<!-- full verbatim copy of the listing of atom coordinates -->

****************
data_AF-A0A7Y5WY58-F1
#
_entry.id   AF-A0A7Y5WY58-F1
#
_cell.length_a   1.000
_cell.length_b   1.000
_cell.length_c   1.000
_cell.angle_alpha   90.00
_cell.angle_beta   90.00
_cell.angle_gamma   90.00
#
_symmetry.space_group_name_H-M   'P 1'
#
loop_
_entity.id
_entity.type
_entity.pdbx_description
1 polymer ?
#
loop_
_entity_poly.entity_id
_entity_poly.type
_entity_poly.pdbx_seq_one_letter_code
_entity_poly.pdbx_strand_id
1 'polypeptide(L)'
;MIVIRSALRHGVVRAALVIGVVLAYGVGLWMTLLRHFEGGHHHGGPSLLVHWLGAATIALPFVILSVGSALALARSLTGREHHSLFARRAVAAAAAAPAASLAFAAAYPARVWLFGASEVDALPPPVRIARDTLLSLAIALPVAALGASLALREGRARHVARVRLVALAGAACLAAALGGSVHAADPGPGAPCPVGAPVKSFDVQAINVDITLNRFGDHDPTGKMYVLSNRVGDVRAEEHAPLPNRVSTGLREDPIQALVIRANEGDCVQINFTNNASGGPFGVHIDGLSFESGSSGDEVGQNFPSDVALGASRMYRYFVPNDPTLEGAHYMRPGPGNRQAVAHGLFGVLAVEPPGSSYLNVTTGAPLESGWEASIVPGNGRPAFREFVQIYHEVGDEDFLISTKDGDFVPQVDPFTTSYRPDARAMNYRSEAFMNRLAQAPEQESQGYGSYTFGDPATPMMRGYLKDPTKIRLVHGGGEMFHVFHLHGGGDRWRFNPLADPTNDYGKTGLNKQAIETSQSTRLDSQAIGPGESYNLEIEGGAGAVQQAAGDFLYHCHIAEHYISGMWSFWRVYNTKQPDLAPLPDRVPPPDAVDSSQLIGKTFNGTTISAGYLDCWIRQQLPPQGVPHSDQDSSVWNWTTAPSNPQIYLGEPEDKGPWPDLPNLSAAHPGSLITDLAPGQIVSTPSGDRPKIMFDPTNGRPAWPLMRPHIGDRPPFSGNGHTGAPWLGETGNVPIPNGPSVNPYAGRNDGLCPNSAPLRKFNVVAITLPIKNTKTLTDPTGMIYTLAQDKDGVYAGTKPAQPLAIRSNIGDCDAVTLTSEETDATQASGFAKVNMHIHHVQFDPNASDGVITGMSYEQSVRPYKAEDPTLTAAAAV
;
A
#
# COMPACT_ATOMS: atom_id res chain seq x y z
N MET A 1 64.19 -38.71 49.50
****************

data_AF-A0A7Y5WY58-F1
#
_entry.id   AF-A0A7Y5WY58-F1
#
_cell.length_a   1.000
_cell.length_b   1.000
_cell.length_c   1.000
_cell.angle_alpha   90.00
_cell.angle_beta   90.00
_cell.angle_gamma   90.00
#
_symmetry.space_group_name_H-M   'P 1'
#
loop_
_entity.id
_entity.type
_entity.pdbx_description
1 polymer ?
#
loop_
_entity_poly.entity_id
_entity_poly.type
_entity_poly.pdbx_seq_one_letter_code
_entity_poly.pdbx_strand_id
1 'polypeptide(L)'
;MIVIRSALRHGVVRAALVIGVVLAYGVGLWMTLLRHFEGGHHHGGPSLLVHWLGAATIALPFVILSVGSALALARSLTGREHHSLFARRAVAAAAAAPAASLAFAAAYPARVWLFGASEVDALPPPVRIARDTLLSLAIALPVAALGASLALREGRARHVARVRLVALAGAACLAAALGGSVHAADPGPGAPCPVGAPVKSFDVQAINVDITLNRFGDHDPTGKMYVLSNRVGDVRAEEHAPLPNRVSTGLREDPIQALVIRANEGDCVQINFTNNASGGPFGVHIDGLSFESGSSGDEVGQNFPSDVALGASRMYRYFVPNDPTLEGAHYMRPGPGNRQAVAHGLFGVLAVEPPGSSYLNVTTGAPLESGWEASIVPGNGRPAFREFVQIYHEVGDEDFLISTKDGDFVPQVDPFTTSYRPDARAMNYRSEAFMNRLAQAPEQESQGYGSYTFGDPATPMMRGYLKDPTKIRLVHGGGEMFHVFHLHGGGDRWRFNPLADPTNDYGKTGLNKQAIETSQSTRLDSQAIGPGESYNLEIEGGAGAVQQAAGDFLYHCHIAEHYISGMWSFWRVYNTKQPDLAPLPDRVPPPDAVDSSQLIGKTFNGTTISAGYLDCWIRQQLPPQGVPHSDQDSSVWNWTTAPSNPQIYLGEPEDKGPWPDLPNLSAAHPGSLITDLAPGQIVSTPSGDRPKIMFDPTNGRPAWPLMRPHIGDRPPFSGNGHTGAPWLGETGNVPIPNGPSVNPYAGRNDGLCPNSAPLRKFNVVAITLPIKNTKTLTDPTGMIYTLAQDKDGVYAGTKPAQPLAIRSNIGDCDAVTLTSEETDATQASGFAKVNMHIHHVQFDPNASDGVITGMSYEQSVRPYKAEDPTLTAAAAV
;
A
#
# COMPACT_ATOMS: atom_id res chain seq x y z
N MET A 1 64.19 -38.71 49.50